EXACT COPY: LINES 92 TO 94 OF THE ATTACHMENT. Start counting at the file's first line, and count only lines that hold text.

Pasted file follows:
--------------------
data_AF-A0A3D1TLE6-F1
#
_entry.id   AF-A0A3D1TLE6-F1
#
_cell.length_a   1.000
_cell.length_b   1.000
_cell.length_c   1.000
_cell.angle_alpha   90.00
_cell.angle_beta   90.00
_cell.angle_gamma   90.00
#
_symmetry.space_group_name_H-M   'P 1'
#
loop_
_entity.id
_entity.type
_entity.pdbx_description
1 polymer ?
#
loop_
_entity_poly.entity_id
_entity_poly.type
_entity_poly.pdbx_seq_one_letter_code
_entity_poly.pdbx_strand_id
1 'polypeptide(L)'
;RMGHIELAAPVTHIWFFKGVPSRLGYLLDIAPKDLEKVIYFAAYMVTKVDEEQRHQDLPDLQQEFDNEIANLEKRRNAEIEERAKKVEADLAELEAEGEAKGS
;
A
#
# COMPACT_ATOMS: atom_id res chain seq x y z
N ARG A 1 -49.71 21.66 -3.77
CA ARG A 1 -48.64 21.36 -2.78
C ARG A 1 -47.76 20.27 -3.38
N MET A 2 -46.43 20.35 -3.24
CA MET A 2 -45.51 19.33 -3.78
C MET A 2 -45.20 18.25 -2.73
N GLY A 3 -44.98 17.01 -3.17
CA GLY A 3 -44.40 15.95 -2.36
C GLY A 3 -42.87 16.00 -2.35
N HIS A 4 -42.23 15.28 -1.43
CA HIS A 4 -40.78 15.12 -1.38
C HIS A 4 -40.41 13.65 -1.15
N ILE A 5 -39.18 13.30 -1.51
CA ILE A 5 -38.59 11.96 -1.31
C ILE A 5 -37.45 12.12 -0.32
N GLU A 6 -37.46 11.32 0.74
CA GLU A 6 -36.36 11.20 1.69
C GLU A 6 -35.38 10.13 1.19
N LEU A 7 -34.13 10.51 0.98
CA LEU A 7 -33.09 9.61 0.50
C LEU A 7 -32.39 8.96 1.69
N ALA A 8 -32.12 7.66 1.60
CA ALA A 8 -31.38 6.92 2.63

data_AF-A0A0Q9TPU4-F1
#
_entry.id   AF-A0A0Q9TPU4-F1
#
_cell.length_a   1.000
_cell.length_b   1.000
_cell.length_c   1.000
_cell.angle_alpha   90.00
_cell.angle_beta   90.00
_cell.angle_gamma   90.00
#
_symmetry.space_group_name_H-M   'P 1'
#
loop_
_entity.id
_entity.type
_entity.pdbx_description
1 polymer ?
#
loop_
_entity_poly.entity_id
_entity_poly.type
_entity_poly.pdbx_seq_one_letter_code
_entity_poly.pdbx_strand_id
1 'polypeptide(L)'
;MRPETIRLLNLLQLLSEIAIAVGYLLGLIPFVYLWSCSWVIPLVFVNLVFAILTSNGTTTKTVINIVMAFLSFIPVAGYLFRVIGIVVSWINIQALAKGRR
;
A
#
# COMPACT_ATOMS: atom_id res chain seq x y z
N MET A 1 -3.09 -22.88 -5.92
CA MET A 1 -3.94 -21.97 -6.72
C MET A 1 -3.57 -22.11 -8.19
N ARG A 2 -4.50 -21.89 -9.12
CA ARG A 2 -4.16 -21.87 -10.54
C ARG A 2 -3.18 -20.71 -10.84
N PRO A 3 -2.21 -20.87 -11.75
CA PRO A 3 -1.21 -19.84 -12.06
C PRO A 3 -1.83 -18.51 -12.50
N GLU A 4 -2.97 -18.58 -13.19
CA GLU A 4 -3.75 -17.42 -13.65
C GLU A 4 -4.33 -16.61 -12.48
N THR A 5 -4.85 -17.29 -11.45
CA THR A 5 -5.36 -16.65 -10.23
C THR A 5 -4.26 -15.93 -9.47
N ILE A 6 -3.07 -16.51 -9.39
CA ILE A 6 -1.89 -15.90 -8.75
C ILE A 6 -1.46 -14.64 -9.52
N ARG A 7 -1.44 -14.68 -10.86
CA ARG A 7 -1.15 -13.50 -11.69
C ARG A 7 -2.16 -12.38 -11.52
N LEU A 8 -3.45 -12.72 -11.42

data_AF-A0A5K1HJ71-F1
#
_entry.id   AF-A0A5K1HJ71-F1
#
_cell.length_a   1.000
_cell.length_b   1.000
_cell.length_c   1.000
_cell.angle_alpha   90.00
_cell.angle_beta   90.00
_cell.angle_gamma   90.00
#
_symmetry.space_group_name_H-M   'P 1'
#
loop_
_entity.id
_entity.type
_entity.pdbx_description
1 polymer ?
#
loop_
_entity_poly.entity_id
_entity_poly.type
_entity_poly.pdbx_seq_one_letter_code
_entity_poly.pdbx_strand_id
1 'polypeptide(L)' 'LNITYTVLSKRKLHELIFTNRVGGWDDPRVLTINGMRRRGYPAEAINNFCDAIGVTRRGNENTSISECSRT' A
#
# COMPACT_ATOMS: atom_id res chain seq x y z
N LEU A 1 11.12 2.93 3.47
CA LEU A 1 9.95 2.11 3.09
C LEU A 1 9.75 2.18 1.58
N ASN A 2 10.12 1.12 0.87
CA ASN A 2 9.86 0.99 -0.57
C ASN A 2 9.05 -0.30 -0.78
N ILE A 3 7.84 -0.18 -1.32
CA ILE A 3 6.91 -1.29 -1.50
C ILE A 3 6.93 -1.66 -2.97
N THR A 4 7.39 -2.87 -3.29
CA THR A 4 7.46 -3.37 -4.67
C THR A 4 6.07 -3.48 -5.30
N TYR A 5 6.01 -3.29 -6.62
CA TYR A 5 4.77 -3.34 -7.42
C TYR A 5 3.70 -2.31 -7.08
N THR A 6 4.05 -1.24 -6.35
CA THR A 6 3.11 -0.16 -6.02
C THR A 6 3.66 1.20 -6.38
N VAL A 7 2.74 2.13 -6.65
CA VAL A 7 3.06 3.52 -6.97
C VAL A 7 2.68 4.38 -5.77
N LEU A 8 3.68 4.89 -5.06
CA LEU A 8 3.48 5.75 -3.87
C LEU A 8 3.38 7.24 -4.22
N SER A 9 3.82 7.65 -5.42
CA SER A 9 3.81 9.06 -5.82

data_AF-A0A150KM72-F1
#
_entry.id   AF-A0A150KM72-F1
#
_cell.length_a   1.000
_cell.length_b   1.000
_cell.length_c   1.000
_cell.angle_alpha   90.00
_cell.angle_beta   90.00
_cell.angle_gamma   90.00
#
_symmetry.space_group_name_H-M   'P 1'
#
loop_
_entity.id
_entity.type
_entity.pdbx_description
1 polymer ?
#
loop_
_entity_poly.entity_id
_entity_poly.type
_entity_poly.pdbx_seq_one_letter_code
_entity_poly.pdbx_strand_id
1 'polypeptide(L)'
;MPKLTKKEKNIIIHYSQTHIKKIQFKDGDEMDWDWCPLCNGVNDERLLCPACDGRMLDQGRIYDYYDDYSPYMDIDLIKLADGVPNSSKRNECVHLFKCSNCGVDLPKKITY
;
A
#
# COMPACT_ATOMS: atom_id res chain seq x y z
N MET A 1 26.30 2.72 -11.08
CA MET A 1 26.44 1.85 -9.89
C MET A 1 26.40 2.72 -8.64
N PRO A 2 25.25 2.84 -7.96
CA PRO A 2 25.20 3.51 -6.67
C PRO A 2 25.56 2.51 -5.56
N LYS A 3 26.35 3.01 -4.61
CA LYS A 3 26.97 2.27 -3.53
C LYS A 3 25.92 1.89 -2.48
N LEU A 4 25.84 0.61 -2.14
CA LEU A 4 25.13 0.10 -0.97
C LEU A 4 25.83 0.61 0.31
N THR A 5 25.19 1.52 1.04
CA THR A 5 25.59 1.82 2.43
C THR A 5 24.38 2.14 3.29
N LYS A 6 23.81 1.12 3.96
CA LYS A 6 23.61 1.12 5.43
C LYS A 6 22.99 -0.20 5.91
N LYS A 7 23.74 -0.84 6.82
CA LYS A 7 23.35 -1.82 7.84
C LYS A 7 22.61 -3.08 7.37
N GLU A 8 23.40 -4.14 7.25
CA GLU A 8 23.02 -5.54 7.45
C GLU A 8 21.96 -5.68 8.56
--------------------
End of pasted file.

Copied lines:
C PRO A 3 -1.83 -18.51 -12.50
N GLU A 4 -2.97 -18.58 -13.19
CA GLU A 4 -3.75 -17.42 -13.65